Avoid These Tempting Startup Ideas - Y Combinator
Dalton and Michael discuss 'Tarpit ideas', and it's very interesting to hear their definition and insight into ideas which they feel should be avoided.
Firstly, they recommend building products for businesses - not consumers.
With consumers, the bar is extremely high - and timing plays a big factor.
They also share some of their experience with apps that help you 'find new things', like restaurants, or concerts through a friend network - or some machine learning recommendation system.
People say they would love to be able to discover new experiences - so you know people want it, and you want to build an app that helps them discover it.
But the sad reality is, the 'magical place' doesn't exist.
There are a finite number of restaurants that are open tonight, and you wanting there to be a better option, doesn't mean that a better option exists.
Everyday people go on Yelp and search for restaurants, and don't like what they find - but that doesn't mean there are restaurants they don't know about, it just means that what exists is not sufficient, and the same goes for parties, events, etc.
So there is a problem, but it's a physical one that your application won't solve.
Dalton has experience in this from the music discovery side of things. People say they want to discover new music - but in practice, most people like popular music from a small number of bands.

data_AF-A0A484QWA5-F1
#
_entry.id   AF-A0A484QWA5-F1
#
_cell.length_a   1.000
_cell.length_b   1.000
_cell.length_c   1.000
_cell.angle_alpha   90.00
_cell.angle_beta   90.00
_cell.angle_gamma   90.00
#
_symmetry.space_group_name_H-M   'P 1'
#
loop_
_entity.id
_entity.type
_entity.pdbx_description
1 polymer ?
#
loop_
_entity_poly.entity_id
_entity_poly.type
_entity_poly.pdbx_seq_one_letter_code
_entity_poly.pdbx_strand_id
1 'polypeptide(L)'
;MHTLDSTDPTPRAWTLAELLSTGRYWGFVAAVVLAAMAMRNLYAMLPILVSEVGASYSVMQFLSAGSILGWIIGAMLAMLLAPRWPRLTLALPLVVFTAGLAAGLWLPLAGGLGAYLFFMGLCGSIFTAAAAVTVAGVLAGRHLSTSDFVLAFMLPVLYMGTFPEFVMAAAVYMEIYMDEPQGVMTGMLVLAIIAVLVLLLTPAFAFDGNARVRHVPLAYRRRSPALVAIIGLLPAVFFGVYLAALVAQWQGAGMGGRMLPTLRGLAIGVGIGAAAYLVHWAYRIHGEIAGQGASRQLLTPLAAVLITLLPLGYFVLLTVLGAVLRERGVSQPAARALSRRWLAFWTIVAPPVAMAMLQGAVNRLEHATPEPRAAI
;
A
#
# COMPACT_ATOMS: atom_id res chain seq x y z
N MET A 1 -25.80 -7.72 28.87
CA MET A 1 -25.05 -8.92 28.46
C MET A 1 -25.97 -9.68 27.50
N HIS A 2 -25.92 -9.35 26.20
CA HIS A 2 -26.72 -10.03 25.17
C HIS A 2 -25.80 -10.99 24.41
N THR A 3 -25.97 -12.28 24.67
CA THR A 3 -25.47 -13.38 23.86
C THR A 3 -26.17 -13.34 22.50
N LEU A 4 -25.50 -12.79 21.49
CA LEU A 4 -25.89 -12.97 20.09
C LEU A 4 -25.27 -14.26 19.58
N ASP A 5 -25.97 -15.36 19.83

Just like with food - from their experience with DoorDash, they found that most people like to order McDonalds, or something comparable, like a burger from somewhere else.
It turns out most people are not interested in ordering strange dishes or trying something new.
They recommend doing thorough research before investing time and energy into projects like this - because many have gone down these roads before, and their experiences should guide you.
On the other hand, there are startup ideas with a low supply of founders, and a high demand from customers.
These are ideas beyond the typical social network and consumer spaces.
These are ideas which come from deep experience, which I talk about in this group.
Having expertise, and deep insight into a problem is the best place to start.
You might think you're not a startup person - but if you've solved a problem for a large industry, you might be sitting on an idea that is actually in huge demand.
It just doesn't 'look' like the typical app ideas and social networks which we hear about all the time.
Watch the video for their full thoughts, it's worth it!
Robert Boulos
Avoid These Tempting Startup Ideas - Y Combinator
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